Exhaustion and depression

As you can tell by the headline, this won't be the cheeriest post, but it's about SCIENCE so you should still read!

I like to read about new findings and theories in the study of mental illness, in part because I just know so many people who are affected by it and these findings and theories don't seem to be covered as much in the media as studies that are related to things like cancer and heart disease. Here are two links to stories about mental health-related things that really resonated with me recently:

Exhaustion Is Not A Status Symbol

This piece is actually from 2012, but I saw it on Facebook a couple of weeks ago and it was a great read. It's an interview with University of Houston professor Brené Brown, who likes to talk about how vulnerability can be an asset. This interview is more about two related things that seem to be endemic to working adults: feeling super guilty about never getting "enough" done, but at the same time sort of bragging about being so ridiculously busy and exhausted all the time. This is related to mental health because both of those things are pretty unhealthy, and Brown gives some suggestions for how to get out of the cycle. One that I found really interesting sounds so simple but is rarely actually followed: when you or someone working for you finishes a task, acknowledge that. Actually take the time to say, "yes, OK, great, let's look at this, let's talk for two minutes about how it went," instead of immediately moving on to the next project. I can definitely see that eliminating some of the hamster wheel feeling that a lot of work tends to take on. Brown also talks about the importance of "standing still," relaxing a little, even meditating, because that's when you're able to actually see what's happening around you and it's easier to notice problems that need fixing, and also to just enjoy life.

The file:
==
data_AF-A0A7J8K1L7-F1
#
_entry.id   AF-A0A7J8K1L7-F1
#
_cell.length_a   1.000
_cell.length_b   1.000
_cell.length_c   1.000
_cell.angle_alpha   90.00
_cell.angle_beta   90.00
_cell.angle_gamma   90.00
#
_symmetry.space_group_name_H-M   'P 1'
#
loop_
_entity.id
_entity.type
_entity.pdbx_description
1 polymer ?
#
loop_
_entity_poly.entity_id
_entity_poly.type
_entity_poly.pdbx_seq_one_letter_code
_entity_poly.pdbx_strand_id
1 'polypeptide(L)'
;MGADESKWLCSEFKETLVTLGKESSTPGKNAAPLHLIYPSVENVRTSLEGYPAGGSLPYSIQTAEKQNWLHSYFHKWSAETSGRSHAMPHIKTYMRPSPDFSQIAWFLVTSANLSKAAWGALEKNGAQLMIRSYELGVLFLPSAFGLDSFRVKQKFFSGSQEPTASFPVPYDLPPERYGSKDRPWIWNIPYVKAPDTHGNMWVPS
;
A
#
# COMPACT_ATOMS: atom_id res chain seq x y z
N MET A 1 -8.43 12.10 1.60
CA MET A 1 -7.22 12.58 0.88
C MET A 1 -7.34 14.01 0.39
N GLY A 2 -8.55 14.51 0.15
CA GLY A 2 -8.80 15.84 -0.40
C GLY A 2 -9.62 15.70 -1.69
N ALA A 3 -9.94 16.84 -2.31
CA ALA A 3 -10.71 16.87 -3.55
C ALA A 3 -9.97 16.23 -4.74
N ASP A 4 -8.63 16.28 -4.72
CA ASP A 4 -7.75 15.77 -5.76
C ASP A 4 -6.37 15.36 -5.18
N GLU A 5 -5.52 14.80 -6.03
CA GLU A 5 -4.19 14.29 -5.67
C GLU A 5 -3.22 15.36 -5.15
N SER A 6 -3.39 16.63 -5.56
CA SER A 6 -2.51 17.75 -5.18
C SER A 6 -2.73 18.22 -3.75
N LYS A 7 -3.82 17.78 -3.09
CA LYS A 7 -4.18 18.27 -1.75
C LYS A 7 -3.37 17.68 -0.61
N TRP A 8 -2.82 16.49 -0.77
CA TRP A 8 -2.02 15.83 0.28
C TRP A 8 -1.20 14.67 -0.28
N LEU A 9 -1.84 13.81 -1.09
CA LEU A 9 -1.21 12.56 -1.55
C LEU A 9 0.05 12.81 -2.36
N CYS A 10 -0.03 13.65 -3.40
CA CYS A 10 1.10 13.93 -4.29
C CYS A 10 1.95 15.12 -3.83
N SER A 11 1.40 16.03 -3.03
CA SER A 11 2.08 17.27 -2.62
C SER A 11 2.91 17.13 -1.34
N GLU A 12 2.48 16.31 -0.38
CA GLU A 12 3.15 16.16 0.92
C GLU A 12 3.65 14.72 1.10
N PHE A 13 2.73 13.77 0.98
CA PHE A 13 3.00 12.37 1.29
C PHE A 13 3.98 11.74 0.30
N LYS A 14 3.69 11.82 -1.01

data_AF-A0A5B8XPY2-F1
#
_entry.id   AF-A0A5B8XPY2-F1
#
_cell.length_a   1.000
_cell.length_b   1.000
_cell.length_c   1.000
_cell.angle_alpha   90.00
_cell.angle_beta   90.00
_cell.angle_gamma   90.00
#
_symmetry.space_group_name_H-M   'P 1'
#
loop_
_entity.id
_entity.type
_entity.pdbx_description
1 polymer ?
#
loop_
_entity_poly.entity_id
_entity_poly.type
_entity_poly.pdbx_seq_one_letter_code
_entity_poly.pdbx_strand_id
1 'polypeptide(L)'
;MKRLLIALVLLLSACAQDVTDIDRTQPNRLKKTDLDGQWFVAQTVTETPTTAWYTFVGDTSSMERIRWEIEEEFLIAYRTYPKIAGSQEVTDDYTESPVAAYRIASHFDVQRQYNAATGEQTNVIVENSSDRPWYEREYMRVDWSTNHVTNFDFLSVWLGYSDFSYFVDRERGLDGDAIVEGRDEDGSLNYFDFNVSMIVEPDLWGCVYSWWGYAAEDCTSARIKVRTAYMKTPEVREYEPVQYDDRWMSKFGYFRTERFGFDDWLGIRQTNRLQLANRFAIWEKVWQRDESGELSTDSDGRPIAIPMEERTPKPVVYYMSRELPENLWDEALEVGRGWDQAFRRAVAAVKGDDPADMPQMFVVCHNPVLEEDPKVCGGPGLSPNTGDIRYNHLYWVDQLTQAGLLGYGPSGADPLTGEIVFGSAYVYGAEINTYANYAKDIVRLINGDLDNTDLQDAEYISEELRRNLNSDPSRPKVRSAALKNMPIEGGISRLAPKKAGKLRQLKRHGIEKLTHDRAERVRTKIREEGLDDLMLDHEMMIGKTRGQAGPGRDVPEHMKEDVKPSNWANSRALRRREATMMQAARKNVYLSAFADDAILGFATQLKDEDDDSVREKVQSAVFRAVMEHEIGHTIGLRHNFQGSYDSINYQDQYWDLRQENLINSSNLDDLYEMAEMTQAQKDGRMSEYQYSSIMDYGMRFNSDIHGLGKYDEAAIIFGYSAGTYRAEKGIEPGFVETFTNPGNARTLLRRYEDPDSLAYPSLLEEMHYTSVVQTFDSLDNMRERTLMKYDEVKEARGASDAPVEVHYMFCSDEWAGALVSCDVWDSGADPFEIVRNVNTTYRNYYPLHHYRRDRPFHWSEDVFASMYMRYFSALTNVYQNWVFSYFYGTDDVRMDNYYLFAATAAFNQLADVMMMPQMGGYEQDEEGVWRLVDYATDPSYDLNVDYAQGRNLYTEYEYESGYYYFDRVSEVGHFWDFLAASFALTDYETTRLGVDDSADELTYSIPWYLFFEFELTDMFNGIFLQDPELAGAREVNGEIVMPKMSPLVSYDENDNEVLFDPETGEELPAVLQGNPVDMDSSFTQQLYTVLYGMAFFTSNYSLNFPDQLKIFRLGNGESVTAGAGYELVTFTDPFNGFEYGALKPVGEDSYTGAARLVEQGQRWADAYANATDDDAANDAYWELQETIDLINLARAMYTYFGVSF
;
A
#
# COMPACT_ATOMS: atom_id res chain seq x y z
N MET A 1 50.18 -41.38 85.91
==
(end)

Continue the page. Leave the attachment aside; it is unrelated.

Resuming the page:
A Blood Test for Depression Shows the Illnesses is Not a Matter of Will

Well, anyone who has dealt with depression (*raises hand*) could have told you that. But it's interesting that there could now be a blood test to prove it. The implications are pretty enormous - could a blood test predict whether you're prone to depression, and allow you to get help before you get really low? Could it help with obtaining the right health coverage? Could it help with stigma? But it's that last question that I've been stuck on a bit since reading about this. What if you have the symptoms of depression and you don't have the physiological markers? Are those symptoms then considered by default to be a matter of will? And if not…what explains them? It's part of the bigger conversation about where mental illness really "comes from" that I'm sure won't be over anytime soon.